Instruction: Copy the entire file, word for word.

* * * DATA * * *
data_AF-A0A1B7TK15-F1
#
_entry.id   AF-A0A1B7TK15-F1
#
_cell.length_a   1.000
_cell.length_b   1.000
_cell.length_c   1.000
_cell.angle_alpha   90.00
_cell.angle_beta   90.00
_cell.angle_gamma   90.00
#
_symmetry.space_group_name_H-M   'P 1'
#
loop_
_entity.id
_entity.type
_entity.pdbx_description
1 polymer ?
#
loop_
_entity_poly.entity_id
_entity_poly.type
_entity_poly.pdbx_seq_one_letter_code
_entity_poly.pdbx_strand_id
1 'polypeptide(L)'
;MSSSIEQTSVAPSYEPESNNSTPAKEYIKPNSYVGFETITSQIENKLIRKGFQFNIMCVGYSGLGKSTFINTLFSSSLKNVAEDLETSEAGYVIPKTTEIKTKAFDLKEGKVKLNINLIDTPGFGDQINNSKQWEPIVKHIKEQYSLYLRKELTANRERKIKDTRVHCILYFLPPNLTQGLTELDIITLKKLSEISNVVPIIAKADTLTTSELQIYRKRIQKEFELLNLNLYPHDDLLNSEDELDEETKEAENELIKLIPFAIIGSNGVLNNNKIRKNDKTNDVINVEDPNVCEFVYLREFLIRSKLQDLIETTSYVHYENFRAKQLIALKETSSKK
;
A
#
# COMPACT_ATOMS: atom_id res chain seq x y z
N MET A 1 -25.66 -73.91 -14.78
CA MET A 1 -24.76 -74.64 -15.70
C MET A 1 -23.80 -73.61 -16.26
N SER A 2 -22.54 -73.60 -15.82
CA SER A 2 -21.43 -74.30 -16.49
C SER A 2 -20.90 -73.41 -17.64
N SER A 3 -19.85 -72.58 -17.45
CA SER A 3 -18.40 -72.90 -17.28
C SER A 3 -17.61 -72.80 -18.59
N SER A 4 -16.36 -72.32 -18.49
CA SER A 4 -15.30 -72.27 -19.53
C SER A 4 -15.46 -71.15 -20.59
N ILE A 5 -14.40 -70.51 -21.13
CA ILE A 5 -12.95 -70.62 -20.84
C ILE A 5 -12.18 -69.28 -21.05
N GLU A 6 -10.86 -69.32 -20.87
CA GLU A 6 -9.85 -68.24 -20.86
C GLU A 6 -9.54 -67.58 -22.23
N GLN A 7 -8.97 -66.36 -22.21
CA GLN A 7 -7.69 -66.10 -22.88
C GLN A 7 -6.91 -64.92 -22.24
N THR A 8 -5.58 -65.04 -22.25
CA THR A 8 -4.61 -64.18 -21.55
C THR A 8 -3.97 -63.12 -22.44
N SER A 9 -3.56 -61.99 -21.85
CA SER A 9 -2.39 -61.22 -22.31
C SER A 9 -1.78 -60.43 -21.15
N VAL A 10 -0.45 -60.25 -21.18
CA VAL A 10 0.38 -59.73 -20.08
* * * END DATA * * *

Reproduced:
data_AF-A0A1B7TK15-F1
#
_entry.id   AF-A0A1B7TK15-F1
#
_cell.length_a   1.000
_cell.length_b   1.000
_cell.length_c   1.000
_cell.angle_alpha   90.00
_cell.angle_beta   90.00
_cell.angle_gamma   90.00
#
_symmetry.space_group_name_H-M   'P 1'
#
loop_
_entity.id
_entity.type
_entity.pdbx_description
1 polymer ?
#
loop_
_entity_poly.entity_id
_entity_poly.type
_entity_poly.pdbx_seq_one_letter_code
_entity_poly.pdbx_strand_id
1 'polypeptide(L)'
;MSSSIEQTSVAPSYEPESNNSTPAKEYIKPNSYVGFETITSQIENKLIRKGFQFNIMCVGYSGLGKSTFINTLFSSSLKNVAEDLETSEAGYVIPKTTEIKTKAFDLKEGKVKLNINLIDTPGFGDQINNSKQWEPIVKHIKEQYSLYLRKELTANRERKIKDTRVHCILYFLPPNLTQGLTELDIITLKKLSEISNVVPIIAKADTLTTSELQIYRKRIQKEFELLNLNLYPHDDLLNSEDELDEETKEAENELIKLIPFAIIGSNGVLNNNKIRKNDKTNDVINVEDPNVCEFVYLREFLIRSKLQDLIETTSYVHYENFRAKQLIALKETSSKK
;
A
#
# COMPACT_ATOMS: atom_id res chain seq x y z
N MET A 1 -25.66 -73.91 -14.78
CA MET A 1 -24.76 -74.64 -15.70
C MET A 1 -23.80 -73.61 -16.26
N SER A 2 -22.54 -73.60 -15.82
CA SER A 2 -21.43 -74.30 -16.49
C SER A 2 -20.90 -73.41 -17.64
N SER A 3 -19.85 -72.58 -17.45
CA SER A 3 -18.40 -72.90 -17.28
C SER A 3 -17.61 -72.80 -18.59
N SER A 4 -16.36 -72.32 -18.49
CA SER A 4 -15.30 -72.27 -19.53
C SER A 4 -15.46 -71.15 -20.59
N ILE A 5 -14.40 -70.51 -21.13
CA ILE A 5 -12.95 -70.62 -20.84
C ILE A 5 -12.18 -69.28 -21.05
N GLU A 6 -10.86 -69.32 -20.87
CA GLU A 6 -9.85 -68.24 -20.86
C GLU A 6 -9.54 -67.58 -22.23
N GLN A 7 -8.97 -66.36 -22.21
CA GLN A 7 -7.69 -66.10 -22.88
C GLN A 7 -6.91 -64.92 -22.24
N THR A 8 -5.58 -65.04 -22.25
CA THR A 8 -4.61 -64.18 -21.55
C THR A 8 -3.97 -63.12 -22.44
N SER A 9 -3.56 -61.99 -21.85
CA SER A 9 -2.39 -61.22 -22.31
C SER A 9 -1.78 -60.43 -21.15
N VAL A 10 -0.45 -60.25 -21.18
CA VAL A 10 0.38 -59.73 -20.08